For the first time, a silicon-based optical fiber with solar-cell capabilities has been developed that has been shown to be scalable to many meters in length. The research opens the door to the possibility of weaving together solar-cell silicon wires to create flexible, curved or twisted solar fabrics. The findings by an international team of chemists, physicists and engineers, led by John Badding, a professor of chemistry at Penn State, was posted by the journal Advanced Materials in an early online edition and will be published on a future date in the journal's print edition.
The team's new findings build on earlier work addressing the challenge of merging optical fibers with electronic chips – silicon-based integrated circuits that serve as the building blocks for most semiconductor electronic devices such as solar cells, computers and cell phones. Rather than merge a flat chip with a round optical fiber, the team found a way to build a new kind of optical fiber – which is thinner than the width of a human hair – with its own integrated electronic component, thereby bypassing the need to integrate fiber-optics with chips. To do this, they used high-pressure chemistry techniques to deposit semiconducting materials directly, layer by layer, into tiny holes in optical fibers.
Now, in their new research, the team members have used the same high-pressure chemistry techniques to make a fiber out of crystalline silicon semiconductor materials that can function as a solar cell – a photovoltaic device that can generate electrical power by converting solar radiation into direct-current electricity. "Our goal is to extend high-performance electronic and solar-cell function to longer lengths and to more flexible forms. We already have made meters-long fibers but, in principle, our team's new method could be used to create bendable silicon solar-cell fibers of over 10 meters in length," Badding says. "Long, fiber-based solar cells give us the potential to do something we couldn't really do before: we can take the silicon fibers and weave them together into a fabric with a wide range of applications such as power generation, battery charging, chemical sensing and biomedical devices."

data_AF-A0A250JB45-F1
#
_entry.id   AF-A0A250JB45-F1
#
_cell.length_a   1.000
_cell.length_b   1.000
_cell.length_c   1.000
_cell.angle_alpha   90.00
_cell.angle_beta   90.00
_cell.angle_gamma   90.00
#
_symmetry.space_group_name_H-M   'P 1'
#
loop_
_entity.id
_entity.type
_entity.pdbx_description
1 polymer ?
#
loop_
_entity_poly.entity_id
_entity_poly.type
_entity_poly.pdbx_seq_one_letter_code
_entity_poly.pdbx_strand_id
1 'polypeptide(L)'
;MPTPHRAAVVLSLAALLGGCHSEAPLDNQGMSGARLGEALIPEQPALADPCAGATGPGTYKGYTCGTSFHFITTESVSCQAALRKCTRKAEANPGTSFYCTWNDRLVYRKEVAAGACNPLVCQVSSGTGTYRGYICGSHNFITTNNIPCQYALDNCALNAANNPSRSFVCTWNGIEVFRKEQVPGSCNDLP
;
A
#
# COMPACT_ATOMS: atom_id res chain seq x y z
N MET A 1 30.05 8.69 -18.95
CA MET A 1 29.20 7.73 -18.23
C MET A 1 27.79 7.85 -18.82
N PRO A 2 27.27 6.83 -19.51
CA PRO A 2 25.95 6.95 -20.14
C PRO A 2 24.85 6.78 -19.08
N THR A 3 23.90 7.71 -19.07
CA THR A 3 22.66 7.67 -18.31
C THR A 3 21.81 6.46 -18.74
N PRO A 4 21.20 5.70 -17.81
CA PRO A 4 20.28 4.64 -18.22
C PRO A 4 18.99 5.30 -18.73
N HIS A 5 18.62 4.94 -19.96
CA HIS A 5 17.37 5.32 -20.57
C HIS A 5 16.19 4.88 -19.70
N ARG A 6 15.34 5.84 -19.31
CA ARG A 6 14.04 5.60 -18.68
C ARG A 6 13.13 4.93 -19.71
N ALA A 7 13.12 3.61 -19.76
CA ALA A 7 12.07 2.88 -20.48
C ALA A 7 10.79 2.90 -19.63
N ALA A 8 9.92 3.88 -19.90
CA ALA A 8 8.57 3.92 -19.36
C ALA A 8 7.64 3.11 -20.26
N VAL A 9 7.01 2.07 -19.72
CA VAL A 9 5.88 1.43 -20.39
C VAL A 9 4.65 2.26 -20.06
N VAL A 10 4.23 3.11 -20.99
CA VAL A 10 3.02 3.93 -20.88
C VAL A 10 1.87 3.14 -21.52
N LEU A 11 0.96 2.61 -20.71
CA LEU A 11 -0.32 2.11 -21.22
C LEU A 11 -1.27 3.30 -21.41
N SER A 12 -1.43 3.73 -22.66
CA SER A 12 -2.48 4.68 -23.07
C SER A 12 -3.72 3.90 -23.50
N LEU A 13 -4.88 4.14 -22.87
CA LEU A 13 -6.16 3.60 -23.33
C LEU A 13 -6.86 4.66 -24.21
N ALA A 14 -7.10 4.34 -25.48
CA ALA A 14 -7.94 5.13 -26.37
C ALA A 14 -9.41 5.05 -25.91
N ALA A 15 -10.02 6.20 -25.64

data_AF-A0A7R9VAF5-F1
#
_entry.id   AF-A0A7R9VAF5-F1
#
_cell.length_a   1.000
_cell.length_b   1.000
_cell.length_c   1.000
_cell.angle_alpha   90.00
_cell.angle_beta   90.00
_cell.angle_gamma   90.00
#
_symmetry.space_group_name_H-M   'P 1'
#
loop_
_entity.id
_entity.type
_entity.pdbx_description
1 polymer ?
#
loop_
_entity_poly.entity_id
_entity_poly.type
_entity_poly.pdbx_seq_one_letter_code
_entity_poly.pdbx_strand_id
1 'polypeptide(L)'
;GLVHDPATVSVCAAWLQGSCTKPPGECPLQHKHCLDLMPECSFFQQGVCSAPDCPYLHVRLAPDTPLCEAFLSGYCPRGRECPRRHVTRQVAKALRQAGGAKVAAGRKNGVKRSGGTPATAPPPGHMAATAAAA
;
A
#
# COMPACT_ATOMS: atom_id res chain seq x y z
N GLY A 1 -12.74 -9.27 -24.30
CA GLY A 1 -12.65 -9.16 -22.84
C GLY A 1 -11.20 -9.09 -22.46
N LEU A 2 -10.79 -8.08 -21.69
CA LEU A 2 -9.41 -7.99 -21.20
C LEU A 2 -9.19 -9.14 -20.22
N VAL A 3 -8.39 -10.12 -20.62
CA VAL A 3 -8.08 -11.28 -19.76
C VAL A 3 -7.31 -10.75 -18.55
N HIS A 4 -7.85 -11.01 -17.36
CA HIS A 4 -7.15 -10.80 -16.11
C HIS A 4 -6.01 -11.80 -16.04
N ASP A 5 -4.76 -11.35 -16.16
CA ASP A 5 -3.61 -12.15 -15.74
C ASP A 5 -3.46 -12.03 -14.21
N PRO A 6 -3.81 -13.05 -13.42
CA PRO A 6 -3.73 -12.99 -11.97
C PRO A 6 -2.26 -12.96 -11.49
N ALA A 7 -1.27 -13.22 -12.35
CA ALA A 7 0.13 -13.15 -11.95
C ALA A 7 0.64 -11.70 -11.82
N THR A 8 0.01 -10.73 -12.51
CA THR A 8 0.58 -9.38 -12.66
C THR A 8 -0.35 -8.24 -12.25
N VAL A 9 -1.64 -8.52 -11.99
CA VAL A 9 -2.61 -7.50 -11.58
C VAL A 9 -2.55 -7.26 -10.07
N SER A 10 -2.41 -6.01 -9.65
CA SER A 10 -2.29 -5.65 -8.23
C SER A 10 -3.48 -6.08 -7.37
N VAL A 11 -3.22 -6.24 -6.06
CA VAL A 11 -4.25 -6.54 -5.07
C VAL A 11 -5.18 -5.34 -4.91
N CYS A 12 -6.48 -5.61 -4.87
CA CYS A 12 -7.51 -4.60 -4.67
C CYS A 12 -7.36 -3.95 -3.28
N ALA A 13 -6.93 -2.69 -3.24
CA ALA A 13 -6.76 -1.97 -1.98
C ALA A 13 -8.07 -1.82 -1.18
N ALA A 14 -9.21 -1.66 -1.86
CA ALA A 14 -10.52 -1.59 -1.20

Badding explains that one of the major limitations of portable electronics such as smartphones and iPads is short battery life. Solar-boosted batteries could help solve this problem. "A solar cell is usually made from a glass or plastic substrate onto which hydrogenated amorphous silicon has been grown," Badding explains. "Such a solar cell is created using an expensive piece of equipment called a PECVD (plasma-enhanced chemical vapor deposition) reactor and the end result is something flat with little flexibility. But woven, fiber-based solar cells would be lightweight, flexible configurations that are portable, foldable and even wearable." This material could then be connected to electronic devices to power them and charge their batteries. "The military especially is interested in designing wearable power sources for soldiers in the field," Badding adds.
The team members believe that another advantage of flexibility in solar-cell materials is the possibility of collecting light energy at various angles. "A typical solar cell has only one flat surface," Badding says. "But a flexible, curved solar-cell fabric would not be as dependent upon where the light is coming from or where the sun is in the horizon and the time of day."
Pier Sazio of the Univ. of Southampton and one of the team's leaders adds, "Another intriguing property of these silicon-fiber devices is that as they are so compact, they can have a very fast response to visible laser light. In fact, we fabricated fiber-based photodetectors with a bandwidth of over 1.8 GHz."
In addition to Badding and Sazio, other researchers who contributed to this study include lead author Rongrui He, Todd Day, Mahesh Krishnamurthi, Justin Sparks and Venkatraman Gopalan from Penn State.
The research was funded by the National Science Foundation, Penn State's Materials Research Institute Nano Fabrication Network, and the United Kingdom's Engineering and Physical Sciences Research Council (EPSRC).